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Nogrod was one of two Dwarven cities in the Blue Mountains. It lay in the middle of the range, near Mount Dolmed where the Dwarf-Road of Beleriand crossed into Eriador.[1]

Nogrod was home to the great Dwarven smithies Gamil Zirak and Telchar.[3]

HistoryEdit

The realm of Nogrod was dolven and founded not long after the awakening of the Dwarves.[2] They soon met the Elves of Beleriand and established a trading relationship with them. For many centuries, the trade relations grew strong and the Dwarves of Nogrod were employed by Thingol, the King of Doriath and helped in the delving of the caves of Menegroth, and creation of treasuries and weapons. The dwarves trafficked to and from the Beleriand and their sister city of Belegost on a long road that ran from Belegost to Nogrod into the Beleriand, and finally to Menegroth.[4]

Eöl "the Dark Elf" often went there, as did his son Maeglin.

While initially friendly to the Elves of Beleriand, the Dwarves of Nogrod attempted to kill Thingol of Doriath in his treasury, after having crafted the treasure Nauglamír for him (leaving him for dead) but were driven out. Thingold would later be killed during a wolf hunt, after treacherous elves helped returning dwarves enter past the Girdle of Melian[5] after having crafted the treasure of Nauglamir for him, more entered to sack the city after the departure of Melian and her protective Girdle of Melian.[6] On their way back from Doriath, they were hunted down by Beren Erchamion and killed by his army of Laiquendi and a group of Ents. Despite that utter defeat, Nogrod apparently survived the rest of the First Age.[7]

At the end of the First Age, Nogrod was ruined in the War of Wrath, and around the fortieth year of the Second Age the Dwarves of the Blue Mountains began to migrate to Khazad-dûm, abandoning Nogrod and Belegost.[8][9]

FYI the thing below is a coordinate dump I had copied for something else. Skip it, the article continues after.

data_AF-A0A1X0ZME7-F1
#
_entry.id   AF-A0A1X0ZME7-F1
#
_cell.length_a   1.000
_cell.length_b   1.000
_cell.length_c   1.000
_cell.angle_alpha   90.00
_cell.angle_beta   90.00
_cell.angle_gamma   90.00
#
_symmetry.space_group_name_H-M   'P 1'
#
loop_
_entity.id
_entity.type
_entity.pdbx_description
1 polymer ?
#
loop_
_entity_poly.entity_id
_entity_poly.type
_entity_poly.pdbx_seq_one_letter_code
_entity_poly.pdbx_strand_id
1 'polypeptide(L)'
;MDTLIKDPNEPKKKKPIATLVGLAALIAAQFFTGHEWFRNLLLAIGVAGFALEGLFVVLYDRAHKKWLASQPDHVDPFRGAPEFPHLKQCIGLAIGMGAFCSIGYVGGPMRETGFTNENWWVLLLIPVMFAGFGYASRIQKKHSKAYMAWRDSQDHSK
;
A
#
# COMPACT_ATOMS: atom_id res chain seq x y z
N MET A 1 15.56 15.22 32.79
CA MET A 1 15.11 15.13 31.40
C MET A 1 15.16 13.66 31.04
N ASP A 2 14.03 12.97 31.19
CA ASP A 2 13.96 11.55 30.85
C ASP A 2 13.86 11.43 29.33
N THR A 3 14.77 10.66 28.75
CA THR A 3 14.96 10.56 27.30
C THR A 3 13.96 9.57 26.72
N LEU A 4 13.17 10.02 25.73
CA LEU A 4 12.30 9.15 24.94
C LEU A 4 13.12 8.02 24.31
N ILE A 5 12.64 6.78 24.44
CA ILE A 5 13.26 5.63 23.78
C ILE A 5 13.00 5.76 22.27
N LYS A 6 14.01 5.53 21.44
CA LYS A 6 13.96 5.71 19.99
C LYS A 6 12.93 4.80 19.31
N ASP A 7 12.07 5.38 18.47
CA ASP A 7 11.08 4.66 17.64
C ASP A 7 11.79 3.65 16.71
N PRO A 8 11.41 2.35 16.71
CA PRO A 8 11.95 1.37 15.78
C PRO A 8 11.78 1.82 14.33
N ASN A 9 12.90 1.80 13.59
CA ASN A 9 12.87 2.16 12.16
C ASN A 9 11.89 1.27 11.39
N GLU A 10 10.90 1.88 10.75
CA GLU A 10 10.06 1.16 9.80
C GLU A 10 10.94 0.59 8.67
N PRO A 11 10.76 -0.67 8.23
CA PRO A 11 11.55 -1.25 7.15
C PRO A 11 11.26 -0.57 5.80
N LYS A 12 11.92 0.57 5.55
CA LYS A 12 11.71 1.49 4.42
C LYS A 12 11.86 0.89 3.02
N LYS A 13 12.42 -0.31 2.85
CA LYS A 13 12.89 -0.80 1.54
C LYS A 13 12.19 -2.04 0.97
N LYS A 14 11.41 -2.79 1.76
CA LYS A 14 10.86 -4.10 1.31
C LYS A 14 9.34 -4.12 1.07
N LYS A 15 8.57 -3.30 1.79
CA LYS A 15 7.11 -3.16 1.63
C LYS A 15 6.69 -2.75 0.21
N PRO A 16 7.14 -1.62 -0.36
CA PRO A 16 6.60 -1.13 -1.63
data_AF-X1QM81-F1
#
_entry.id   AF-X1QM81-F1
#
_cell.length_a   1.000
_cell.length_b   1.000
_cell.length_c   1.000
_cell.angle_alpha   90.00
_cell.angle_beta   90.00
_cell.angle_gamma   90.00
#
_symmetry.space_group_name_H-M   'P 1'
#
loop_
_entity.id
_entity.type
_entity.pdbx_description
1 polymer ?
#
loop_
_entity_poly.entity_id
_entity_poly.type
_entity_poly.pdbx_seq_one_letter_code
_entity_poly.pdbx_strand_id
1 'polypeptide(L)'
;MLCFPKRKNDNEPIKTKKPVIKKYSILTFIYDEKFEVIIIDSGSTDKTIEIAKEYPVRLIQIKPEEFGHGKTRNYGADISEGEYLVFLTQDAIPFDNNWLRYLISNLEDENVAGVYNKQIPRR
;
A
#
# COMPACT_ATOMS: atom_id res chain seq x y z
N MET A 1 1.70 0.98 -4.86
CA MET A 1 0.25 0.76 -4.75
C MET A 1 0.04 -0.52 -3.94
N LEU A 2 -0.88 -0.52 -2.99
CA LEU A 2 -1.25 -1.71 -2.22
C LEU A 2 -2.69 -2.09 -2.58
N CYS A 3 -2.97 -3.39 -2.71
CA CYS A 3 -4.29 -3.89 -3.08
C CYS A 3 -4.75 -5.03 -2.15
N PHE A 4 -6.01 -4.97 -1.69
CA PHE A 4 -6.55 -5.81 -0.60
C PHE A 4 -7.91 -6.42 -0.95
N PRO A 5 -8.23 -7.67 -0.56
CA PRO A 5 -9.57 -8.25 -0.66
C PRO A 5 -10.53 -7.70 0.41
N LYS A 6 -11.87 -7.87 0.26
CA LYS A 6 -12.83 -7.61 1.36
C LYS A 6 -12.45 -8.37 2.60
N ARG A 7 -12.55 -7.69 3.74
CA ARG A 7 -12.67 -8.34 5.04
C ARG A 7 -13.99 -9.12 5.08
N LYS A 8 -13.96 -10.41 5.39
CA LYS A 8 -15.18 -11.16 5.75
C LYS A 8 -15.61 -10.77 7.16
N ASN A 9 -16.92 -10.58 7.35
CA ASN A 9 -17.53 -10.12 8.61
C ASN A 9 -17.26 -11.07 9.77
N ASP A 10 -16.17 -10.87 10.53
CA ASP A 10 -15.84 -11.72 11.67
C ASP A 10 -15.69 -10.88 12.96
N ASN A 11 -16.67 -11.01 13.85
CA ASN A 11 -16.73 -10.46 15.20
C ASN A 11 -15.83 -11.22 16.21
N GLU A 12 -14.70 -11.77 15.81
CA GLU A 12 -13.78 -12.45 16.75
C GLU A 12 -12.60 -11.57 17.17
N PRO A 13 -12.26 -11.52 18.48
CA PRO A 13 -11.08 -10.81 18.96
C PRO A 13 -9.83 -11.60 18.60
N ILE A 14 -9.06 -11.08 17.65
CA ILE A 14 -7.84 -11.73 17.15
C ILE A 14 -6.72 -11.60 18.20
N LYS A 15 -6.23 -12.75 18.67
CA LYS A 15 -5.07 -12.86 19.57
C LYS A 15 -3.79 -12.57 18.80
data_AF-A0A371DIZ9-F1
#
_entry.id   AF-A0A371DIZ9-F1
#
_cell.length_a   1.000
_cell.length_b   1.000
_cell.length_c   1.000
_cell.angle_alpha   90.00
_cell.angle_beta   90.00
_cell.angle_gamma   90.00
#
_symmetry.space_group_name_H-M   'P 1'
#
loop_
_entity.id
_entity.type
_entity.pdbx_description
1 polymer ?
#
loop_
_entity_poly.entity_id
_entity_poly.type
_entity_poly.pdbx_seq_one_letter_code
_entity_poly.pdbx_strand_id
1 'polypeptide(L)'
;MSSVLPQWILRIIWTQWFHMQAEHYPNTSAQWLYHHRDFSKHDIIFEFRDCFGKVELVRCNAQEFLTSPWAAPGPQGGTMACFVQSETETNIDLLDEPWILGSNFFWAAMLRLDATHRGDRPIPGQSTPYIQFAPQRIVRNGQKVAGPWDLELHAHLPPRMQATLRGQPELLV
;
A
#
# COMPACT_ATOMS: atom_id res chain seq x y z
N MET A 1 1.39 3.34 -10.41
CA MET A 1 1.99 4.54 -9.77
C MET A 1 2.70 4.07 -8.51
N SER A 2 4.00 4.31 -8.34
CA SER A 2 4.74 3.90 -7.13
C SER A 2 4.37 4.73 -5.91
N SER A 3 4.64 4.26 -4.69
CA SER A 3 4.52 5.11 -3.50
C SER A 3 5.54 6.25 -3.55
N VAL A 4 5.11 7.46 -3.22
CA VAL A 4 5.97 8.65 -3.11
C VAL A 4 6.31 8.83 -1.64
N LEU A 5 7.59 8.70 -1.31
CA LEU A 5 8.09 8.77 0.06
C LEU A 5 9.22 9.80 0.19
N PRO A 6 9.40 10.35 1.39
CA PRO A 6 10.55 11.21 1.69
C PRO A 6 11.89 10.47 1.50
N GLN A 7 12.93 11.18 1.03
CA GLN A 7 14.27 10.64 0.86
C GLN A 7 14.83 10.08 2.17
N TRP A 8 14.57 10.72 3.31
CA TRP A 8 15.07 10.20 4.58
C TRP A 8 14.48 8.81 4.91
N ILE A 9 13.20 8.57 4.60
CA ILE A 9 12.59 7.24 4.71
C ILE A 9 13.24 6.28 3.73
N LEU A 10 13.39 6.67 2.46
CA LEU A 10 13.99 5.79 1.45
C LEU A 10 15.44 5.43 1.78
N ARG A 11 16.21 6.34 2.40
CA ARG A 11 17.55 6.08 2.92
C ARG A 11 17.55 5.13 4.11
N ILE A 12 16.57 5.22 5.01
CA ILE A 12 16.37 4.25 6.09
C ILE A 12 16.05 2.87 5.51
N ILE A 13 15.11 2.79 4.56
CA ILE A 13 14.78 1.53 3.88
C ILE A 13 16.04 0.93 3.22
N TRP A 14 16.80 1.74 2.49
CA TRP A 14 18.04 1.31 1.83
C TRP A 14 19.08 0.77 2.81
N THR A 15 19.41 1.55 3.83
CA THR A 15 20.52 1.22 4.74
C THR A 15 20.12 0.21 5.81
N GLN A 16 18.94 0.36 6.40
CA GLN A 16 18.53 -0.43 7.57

Inhabitants Edit

The Firebeards and the Broadbeams were the two Dwarf-clans associated with the Blue Mountains in "Of Dwarves and Men" (from volume XII of The History of Middle-earth). Nogrod, then, was presumably founded by one of these two, and the rather scanty evidence marginally favours the Firebeards as its inhabitants.

EtymologyEdit

Nogrod was a Sindarin word that meant 'hollow-bold'. Its name in Khuzdul was Tumunzahar, of unknown meaning.[10]

Translations around the WorldEdit

Foreign Language Translated name
Amharic ኖጎድ
Arabic نوجرود
Armenian Նոգրոդ
Belarusian Cyrillic Ногрода
Bengali ণগ্রদ
Bulgarian Cyrillic Ногрод
Chinese 諾格羅德
Georgian ნოოგროდი
Greek Νογροδ
Gujarati નોગરોડ
Hebrew נוגרוד
Kannada ನೊಗ್ರೋಡ್
Kazakh Ногрод (Cyrillic) Nogrod (Latin)
Kyrgyz Cyrillic Ногрод
Macedonian Cyrillic Ногрод
Marathi नोग्रोड
Mongolian Cyrillic Ногрод
Nepalese नोग्रोड
Persian نوگروه ?
Punjabi ਨੋਗਰੋਡ
Russian Ногрод
Serbian Ногрод (Cyrillic) Nogrod (Latin)
Sinhalese නෝග්රොඩ්
Tajik Cyrillic Ногрод
Tamil நோகிரோட
Telugu నొగ్రోడ్
Thai โนกร็อด
Ukrainian Cyrillic Ноґрод
Urdu نوگرود
Uzbek Ногрод (Cyrillic) Nogrod (Latin)
Yiddish נאָגראָד
Dwarven Realms of Middle-earth throughout the Ages
Years of the Trees & First Age Bar-en-Nibin-Noeg | Belegost | Khazad-dûm | Mount Gundabad | Nogrod | Nulukkizdîn | Iron Hills | Orocarni | Blue Mountains
Second Age Khazad-dûm | Belegost | Nogrod | Mount Gundabad | Orocarni | Blue Mountains | Iron Hills
Third Age Grey Mountains | Iron Hills | Khazad-dûm | Lonely Mountain | Blue Mountains | Orocarni | Dunland
Fourth Age Glittering Caves | Khazad-dûm | Lonely Mountain | Orocarni | Blue Mountains | Grey Mountains | Iron Hills


ReferencesEdit

  1. 1.0 1.1 The Silmarillion (inside cover), "Map of Beleriand and the Lands to the North"
  2. 2.0 2.1 The History of Middle-earth, Vol. XII: The Peoples of Middle-earth, chapter X: "Of Dwarves and Men"
  3. Unfinished Tales, Narn i Chîn Húrin, "The Departure of Túrin"
  4. The Silmarillion, Quenta Silmarillion, Chapter X: "Of the Sindar"
  5. Beren and Luthien, pg
  6. The Silmarillion, Quenta Silmarillion, Chapter XVI: "Of Maeglin"
  7. The Silmarillion, Quenta Silmarillion, Chapter XXII: "Of the Ruin of Doriath"
  8. The Silmarillion, Quenta Silmarillion, Chapter XXIV: "Of the Voyage of Eärendil and the War of Wrath"
  9. The Atlas of Middle-earth, The Second Age, "Introduction"
  10. The Silmarillion, Index of Names